20 minutes ago, dat111 said:

this is why i have taken such a long time to prepare an research everything i have 90% of the hardware to do the conversion. id rather over prepare then under prepare. 

 

The box will be ok but if you aren't sympathetic to the parts they do wear out quicker.

It's easy to get it tuned, but not so easy to learn how to tune. If you're going to do it yourself then get the wideband, knock detection system and whatever else you want and get into it.

Make sure you look and understand what each change will accomplish before you make the change. You make a big boost or timing change change and hope for the best, you will end up in trouble.

Don't expect it to be easy but if you tread carefully you should be ok. Hell you might blow it up in the first 5 minutes too 🤷‍♂️

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16 minutes ago, dat111 said:

thats why i am asking if you could tell me a tuner you feel could help me :)

We have a public workshop list here www.pcmtec.com/workshops 

Alternatively send us a ticket with your location and we can recommend someone who has done lots of these swaps if there is anyone near you. 

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49 minutes ago, Puffwagon said:

Strong disagree. You don't need to log fuel pressure on most lightly modded cars. It'll show up on the wideband if you know what you are looking for.

Question. How are you confident your wideband is telling you the truth? Do you get it professionally calibrated? 

If you log fuel pressure and your wideband dies due to condensation shock (a lot of shops replace their widebands fortnightly as it's cheap insurance) you'd know immediately before you have a chance of hurting the motor. Widebands die all the time and they usually just read rich/lean and still turn on so unless you have a point of reference you won't know.

Shops like springy performance and Pitlane have fuel pressure senders they can bolt in in less than 10 minutes to almost all cars that come in. A few of them go a step further and even measure the return line flow. 

Monitoring everything all the time means you are aware of problems before you even touch the tune. It saves money and time in the long run and I have to stand by our recommendation that all shops log fuel pressure. This will be part of our training material.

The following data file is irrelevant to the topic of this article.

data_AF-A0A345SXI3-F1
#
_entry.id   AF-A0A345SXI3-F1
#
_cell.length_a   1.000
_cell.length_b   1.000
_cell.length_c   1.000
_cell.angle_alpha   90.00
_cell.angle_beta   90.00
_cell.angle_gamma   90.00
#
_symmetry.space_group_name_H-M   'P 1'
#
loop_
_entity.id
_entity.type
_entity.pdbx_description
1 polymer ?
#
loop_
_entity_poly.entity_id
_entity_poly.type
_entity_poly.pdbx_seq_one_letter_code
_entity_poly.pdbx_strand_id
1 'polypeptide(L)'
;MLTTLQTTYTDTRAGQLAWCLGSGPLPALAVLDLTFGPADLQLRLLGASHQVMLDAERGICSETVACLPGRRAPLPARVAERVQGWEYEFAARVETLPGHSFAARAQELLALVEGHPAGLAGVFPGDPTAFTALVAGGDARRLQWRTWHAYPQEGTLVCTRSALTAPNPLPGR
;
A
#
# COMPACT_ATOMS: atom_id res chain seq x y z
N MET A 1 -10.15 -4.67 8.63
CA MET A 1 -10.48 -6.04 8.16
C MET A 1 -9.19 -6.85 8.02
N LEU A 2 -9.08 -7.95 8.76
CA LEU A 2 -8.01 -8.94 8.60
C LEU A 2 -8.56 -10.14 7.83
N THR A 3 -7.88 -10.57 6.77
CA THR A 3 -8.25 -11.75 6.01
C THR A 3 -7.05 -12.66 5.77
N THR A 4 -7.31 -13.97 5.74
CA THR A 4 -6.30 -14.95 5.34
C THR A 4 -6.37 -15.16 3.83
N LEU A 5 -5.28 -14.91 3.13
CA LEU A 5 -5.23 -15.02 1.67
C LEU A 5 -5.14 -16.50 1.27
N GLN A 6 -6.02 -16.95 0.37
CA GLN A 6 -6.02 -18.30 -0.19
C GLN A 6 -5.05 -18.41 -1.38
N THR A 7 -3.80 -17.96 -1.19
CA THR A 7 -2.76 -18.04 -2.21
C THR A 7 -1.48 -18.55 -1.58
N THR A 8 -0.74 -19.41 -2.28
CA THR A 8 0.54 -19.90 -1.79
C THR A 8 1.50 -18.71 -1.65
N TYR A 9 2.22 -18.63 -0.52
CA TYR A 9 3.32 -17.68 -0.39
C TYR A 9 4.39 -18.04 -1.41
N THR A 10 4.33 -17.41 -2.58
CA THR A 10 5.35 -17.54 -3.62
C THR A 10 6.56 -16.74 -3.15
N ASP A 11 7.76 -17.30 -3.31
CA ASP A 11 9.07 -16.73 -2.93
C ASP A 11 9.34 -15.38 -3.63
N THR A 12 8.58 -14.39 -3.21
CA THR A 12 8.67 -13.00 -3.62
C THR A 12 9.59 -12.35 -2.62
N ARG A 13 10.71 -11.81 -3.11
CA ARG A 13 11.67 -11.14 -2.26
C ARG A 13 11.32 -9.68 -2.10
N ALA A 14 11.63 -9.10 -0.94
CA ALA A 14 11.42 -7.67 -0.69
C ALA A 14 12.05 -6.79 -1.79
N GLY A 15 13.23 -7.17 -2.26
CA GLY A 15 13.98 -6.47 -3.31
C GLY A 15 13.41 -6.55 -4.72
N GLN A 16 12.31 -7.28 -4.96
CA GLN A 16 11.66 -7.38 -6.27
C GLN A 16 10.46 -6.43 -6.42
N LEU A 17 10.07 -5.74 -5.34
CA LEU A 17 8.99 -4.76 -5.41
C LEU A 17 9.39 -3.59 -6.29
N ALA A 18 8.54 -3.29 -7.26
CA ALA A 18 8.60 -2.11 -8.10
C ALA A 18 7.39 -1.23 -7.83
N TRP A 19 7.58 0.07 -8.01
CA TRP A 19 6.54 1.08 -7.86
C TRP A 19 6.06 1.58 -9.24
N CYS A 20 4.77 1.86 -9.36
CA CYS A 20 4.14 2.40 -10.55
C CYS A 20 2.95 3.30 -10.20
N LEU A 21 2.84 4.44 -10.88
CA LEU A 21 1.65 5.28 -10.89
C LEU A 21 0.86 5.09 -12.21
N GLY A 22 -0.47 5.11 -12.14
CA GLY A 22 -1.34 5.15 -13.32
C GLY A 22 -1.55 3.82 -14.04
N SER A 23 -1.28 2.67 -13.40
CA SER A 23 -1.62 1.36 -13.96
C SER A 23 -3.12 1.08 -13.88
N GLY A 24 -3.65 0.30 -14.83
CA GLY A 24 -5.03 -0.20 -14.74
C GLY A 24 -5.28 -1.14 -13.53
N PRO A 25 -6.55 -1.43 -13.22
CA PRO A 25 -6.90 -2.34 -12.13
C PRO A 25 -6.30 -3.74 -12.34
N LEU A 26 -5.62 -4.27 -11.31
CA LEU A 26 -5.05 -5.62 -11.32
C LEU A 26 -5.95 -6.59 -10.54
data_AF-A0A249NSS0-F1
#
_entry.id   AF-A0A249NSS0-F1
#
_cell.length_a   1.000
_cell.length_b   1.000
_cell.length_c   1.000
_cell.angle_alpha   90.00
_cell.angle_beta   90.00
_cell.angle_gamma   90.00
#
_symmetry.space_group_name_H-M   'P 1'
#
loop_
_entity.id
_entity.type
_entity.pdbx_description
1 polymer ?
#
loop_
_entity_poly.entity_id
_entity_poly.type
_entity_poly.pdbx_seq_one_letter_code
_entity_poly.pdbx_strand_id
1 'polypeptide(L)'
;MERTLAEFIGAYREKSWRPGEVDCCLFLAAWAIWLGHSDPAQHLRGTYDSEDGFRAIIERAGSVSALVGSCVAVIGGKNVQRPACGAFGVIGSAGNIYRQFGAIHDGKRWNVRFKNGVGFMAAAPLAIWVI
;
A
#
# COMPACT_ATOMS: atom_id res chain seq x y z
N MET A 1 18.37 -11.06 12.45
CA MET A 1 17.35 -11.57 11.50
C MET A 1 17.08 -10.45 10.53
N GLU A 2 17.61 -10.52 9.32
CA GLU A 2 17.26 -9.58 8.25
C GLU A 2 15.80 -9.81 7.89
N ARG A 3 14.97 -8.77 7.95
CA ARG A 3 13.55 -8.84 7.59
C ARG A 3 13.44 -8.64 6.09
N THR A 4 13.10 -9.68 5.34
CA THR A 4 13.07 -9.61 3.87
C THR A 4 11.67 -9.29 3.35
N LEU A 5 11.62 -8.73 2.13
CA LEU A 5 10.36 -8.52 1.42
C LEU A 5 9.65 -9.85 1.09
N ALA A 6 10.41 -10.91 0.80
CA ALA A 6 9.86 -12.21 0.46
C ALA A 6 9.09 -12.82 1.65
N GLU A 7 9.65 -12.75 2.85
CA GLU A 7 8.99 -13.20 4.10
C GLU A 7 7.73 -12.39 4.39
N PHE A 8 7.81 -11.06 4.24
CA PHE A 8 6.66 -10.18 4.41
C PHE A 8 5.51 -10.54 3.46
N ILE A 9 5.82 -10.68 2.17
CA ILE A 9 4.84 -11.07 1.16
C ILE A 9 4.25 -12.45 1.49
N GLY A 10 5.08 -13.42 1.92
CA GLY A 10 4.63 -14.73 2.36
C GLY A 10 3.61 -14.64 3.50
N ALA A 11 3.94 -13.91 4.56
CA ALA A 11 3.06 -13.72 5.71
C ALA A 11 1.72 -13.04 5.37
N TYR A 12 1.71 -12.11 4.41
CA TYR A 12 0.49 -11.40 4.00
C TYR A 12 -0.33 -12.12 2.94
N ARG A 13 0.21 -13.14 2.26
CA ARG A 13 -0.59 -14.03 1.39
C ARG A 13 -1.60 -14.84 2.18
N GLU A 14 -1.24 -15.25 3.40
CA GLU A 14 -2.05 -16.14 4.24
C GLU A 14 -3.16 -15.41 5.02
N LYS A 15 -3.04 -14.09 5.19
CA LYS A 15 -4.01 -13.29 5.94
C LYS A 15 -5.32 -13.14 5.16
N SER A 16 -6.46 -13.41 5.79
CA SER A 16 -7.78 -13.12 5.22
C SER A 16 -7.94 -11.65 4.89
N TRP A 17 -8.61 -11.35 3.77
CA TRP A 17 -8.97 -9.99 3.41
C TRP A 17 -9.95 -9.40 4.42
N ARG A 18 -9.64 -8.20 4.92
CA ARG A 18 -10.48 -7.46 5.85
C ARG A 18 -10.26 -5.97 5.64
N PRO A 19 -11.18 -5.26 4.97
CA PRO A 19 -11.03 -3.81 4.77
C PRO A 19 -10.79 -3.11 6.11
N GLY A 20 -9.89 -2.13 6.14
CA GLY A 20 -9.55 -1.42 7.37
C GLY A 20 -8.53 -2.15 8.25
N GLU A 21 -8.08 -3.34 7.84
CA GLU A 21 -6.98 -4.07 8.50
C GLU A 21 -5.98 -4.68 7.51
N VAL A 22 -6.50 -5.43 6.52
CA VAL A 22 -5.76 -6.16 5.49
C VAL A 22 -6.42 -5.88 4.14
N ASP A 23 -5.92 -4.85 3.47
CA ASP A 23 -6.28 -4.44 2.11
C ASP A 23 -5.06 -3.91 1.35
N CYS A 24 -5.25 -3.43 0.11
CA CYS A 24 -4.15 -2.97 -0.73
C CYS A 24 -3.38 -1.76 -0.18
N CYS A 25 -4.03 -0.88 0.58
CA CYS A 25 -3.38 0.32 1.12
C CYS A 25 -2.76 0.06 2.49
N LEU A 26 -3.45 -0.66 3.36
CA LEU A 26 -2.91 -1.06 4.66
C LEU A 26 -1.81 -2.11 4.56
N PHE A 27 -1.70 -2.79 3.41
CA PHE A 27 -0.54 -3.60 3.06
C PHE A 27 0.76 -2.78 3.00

If you think this is overkill you should see what the OEM logs and measures. They have 100s of sensors all over the motor. Most of the professional calibrators just shake their head at the entire aftermarket industry due to how amateur it is in comparison. 

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2 hours ago, Roland@pcmtec said:

Question. How are you confident your wideband is telling you the truth? Do you get it professionally calibrated? 

I'm sure my personal one is good enough to signal a leanout. I use the dyno for tuning 99% of the time nowadays and 6 new ngk sensors turned up last week for the dyno, so at least one of them should be ok 😉

I'm all for logging everything when it's called for, but in the case of someone doing the most basic road tuning ie: sub 250rwkw per this thread, logging fuel pressure is a waste of money imo. If we move the goal posts to shop tuning then it starts a new conversation that is better suited for another thread 😁

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9 hours ago, dat111 said:

hey guys, my name is daniel.
i am from the central coast of new south!

i am currently putting all the parts together for a N/A turbo build.
then i thought.. instead of having it blow up on a dyno.. why dont i road tune it myself (plus learning it very fun!)

so the plan is to use everything stock from a B series falcon, besides 7PSi waste gate pressure. 
 

im using a stock gt3582R from a FG F6
stock B b series manifold
stock intercooler an piping (considering buying something slighter larger) 
4 bar fuel reg
xr6T manifold sensor.
stock xr6t exhaust 

my questions here are... 
(i have done limited searching on this)
can i use a stock XR6T tune? > then build an play around with that (people said no i cant, on facebook groups) 
"just give it to a tuner an he will work his magic" - id rather blow it up knowing what i did.. then  guessing somebody elses work"

where is the best place to start in regards to watching videos on PCMtec editing an understanding ?
i have the zf6.. can i get away with out tuning the box, or is it worth tuning
 

my end goal is.. great drivability an id like to get at maximum.. 230 rwkw


 

Hey mate,